Fortunately the kNet implementation provides facilities for using both. Immediate mode serialization can be used in dynamic contexts, when low-level space and time optimization is needed, or when the structures are simple enough so that a separate object model build step is not warranted. Using message templates, dynamic reflection can be performed on the message contents.
Alternatively, kNet provides a tool called MessageCompiler that can be used to generate static declarative mode serialization structures as an offline build step. This method suits well when maintaining both serialization and deserialization in sync gets complicated, when performance is not an issue, or just to quickly generate the code for managing a set of messages.
The following code sample shows how to serialize a sequence of data with the DataSerializer class.
DataSerializer ds; ds.Add<bit>(true); ds.AddVLE<VLE8_16>(32000); ds.AddVLE<VLE8_16_32>(100000); ds.AddString("NVidia puts Tegra on Audis. What for?"); u32 value = 19; ds.AppendBits(value, 5); // Adds the 5 lowest bits of value into the stream. ds.Add<u8>(132); ds.Add<s16>(-3510); ds.Add<u32>(0xABCDEF12); // At any point during the serialization, we can access the raw data as follows. std::vector<char> output; output.insert(output.end(), ds.data.begin(), ds.data.BytesFilled());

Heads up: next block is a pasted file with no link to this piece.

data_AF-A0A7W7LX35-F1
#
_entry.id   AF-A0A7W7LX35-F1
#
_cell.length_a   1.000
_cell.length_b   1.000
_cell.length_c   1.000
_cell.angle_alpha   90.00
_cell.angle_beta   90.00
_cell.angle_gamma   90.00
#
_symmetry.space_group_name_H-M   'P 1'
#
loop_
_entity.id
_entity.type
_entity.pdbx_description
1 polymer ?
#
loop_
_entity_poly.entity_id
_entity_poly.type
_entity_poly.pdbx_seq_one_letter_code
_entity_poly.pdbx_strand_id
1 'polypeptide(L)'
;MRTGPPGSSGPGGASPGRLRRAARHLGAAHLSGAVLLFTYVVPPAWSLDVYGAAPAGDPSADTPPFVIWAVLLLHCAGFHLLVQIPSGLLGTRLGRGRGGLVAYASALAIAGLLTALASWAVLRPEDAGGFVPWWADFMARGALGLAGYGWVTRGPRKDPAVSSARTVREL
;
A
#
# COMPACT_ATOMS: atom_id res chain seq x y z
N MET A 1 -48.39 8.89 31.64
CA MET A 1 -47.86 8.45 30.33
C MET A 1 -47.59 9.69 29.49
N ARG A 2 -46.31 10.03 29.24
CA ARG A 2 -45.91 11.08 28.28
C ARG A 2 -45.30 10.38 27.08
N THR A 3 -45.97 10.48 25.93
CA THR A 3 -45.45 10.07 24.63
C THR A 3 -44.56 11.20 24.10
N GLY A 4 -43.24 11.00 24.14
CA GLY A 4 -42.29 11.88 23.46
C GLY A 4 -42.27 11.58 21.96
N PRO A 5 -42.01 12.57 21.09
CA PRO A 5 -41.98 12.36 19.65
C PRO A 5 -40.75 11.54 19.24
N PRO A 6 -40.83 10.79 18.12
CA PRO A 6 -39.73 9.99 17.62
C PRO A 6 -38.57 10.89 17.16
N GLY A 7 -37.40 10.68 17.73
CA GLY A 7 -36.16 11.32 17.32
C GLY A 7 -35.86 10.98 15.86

When you receive a sequence of data bytes, you can use DataDeserializer to extract the original values from the buffer. The buffer does not know the type of the data that was stored into it, so you have to know the structure from beforehand. Storing the structure of the data along with the data itself would consume extra space that is not required by all applications. If you need the data to encode its own structure, you can use a format that does so, e.g. XML.
If the data is deserialized in the exact same order than it was serialized, the recovery of the original values is guaranteed. The following code sample deserializes the data stream that was serialized in the above code snippet.
// Input: const char *data; size_t numBytes; DataDeserializer dd(data, numBytes); bool val1 = dd.Read<bit>(); u16 val2 = dd.ReadVLE<VLE8_16>(); u32 val3 = dd.ReadVLE<VLE8_16_32>(); std::string str = ds.ReadString(); u32 val4 = dd.ReadBits(5); u8 val5 = dd.Read<u8>(); s16 val6 = dd.Read<s16>(); u32 val7 = dd.Read<u32>(); // All data bytes should have been read. assert(dd.BytesRead() == numBytes);
Maintaining synchronizity between the code for serialization and deserialization can be error-prone, since changes have to be tracked in two places. Even worse, in the case of inconsistency, no error is reported and the extracted data is silently malformed. Building on top of the kNet Message XML Format, the implementation provides a feature called message templates. It is useful mainly for two purposes: